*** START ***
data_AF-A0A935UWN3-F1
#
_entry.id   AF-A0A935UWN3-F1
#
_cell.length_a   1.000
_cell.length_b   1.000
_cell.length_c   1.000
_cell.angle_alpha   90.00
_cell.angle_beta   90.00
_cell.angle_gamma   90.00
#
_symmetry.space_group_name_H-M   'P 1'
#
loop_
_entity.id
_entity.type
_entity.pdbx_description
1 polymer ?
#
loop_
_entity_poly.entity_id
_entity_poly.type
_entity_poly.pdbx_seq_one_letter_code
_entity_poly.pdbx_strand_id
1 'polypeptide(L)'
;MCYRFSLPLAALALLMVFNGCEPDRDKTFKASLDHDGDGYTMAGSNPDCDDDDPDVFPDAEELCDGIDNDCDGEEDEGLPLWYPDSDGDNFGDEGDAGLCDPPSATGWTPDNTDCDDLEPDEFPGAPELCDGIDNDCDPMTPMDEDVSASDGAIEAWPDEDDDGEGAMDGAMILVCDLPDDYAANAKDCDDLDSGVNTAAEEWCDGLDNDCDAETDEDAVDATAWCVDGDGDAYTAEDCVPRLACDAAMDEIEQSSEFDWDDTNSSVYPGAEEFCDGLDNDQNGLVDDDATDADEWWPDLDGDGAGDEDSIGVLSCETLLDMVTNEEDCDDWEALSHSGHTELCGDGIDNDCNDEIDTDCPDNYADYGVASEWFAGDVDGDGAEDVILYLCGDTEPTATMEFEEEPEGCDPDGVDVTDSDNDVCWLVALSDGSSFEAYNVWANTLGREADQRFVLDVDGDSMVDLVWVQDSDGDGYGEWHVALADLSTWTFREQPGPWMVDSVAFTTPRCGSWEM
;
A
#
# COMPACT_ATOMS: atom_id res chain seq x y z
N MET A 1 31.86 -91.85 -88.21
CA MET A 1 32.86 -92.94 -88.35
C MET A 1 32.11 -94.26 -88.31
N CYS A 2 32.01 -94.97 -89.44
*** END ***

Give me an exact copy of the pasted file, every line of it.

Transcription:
data_AF-A0A935UWN3-F1
#
_entry.id   AF-A0A935UWN3-F1
#
_cell.length_a   1.000
_cell.length_b   1.000
_cell.length_c   1.000
_cell.angle_alpha   90.00
_cell.angle_beta   90.00
_cell.angle_gamma   90.00
#
_symmetry.space_group_name_H-M   'P 1'
#
loop_
_entity.id
_entity.type
_entity.pdbx_description
1 polymer ?
#
loop_
_entity_poly.entity_id
_entity_poly.type
_entity_poly.pdbx_seq_one_letter_code
_entity_poly.pdbx_strand_id
1 'polypeptide(L)'
;MCYRFSLPLAALALLMVFNGCEPDRDKTFKASLDHDGDGYTMAGSNPDCDDDDPDVFPDAEELCDGIDNDCDGEEDEGLPLWYPDSDGDNFGDEGDAGLCDPPSATGWTPDNTDCDDLEPDEFPGAPELCDGIDNDCDPMTPMDEDVSASDGAIEAWPDEDDDGEGAMDGAMILVCDLPDDYAANAKDCDDLDSGVNTAAEEWCDGLDNDCDAETDEDAVDATAWCVDGDGDAYTAEDCVPRLACDAAMDEIEQSSEFDWDDTNSSVYPGAEEFCDGLDNDQNGLVDDDATDADEWWPDLDGDGAGDEDSIGVLSCETLLDMVTNEEDCDDWEALSHSGHTELCGDGIDNDCNDEIDTDCPDNYADYGVASEWFAGDVDGDGAEDVILYLCGDTEPTATMEFEEEPEGCDPDGVDVTDSDNDVCWLVALSDGSSFEAYNVWANTLGREADQRFVLDVDGDSMVDLVWVQDSDGDGYGEWHVALADLSTWTFREQPGPWMVDSVAFTTPRCGSWEM
;
A
#
# COMPACT_ATOMS: atom_id res chain seq x y z
N MET A 1 31.86 -91.85 -88.21
CA MET A 1 32.86 -92.94 -88.35
C MET A 1 32.11 -94.26 -88.31
N CYS A 2 32.01 -94.97 -89.44